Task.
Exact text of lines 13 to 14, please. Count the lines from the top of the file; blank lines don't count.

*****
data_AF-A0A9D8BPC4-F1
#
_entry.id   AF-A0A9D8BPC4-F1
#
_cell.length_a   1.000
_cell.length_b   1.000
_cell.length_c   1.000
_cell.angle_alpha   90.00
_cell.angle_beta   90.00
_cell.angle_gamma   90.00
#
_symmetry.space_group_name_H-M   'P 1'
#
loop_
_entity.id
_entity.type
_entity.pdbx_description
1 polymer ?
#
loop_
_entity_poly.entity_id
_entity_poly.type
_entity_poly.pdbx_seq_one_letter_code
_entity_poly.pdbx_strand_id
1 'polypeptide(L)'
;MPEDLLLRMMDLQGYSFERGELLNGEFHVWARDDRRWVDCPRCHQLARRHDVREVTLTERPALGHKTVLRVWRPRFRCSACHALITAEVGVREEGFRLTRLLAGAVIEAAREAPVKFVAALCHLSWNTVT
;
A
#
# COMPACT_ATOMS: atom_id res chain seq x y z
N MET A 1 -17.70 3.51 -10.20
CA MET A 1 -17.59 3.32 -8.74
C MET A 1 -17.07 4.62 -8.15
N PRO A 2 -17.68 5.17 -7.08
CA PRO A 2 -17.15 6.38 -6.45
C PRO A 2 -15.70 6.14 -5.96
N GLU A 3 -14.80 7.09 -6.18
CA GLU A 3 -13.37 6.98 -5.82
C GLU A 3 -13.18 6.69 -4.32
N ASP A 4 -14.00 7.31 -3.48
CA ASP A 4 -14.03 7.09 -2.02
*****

#
loop_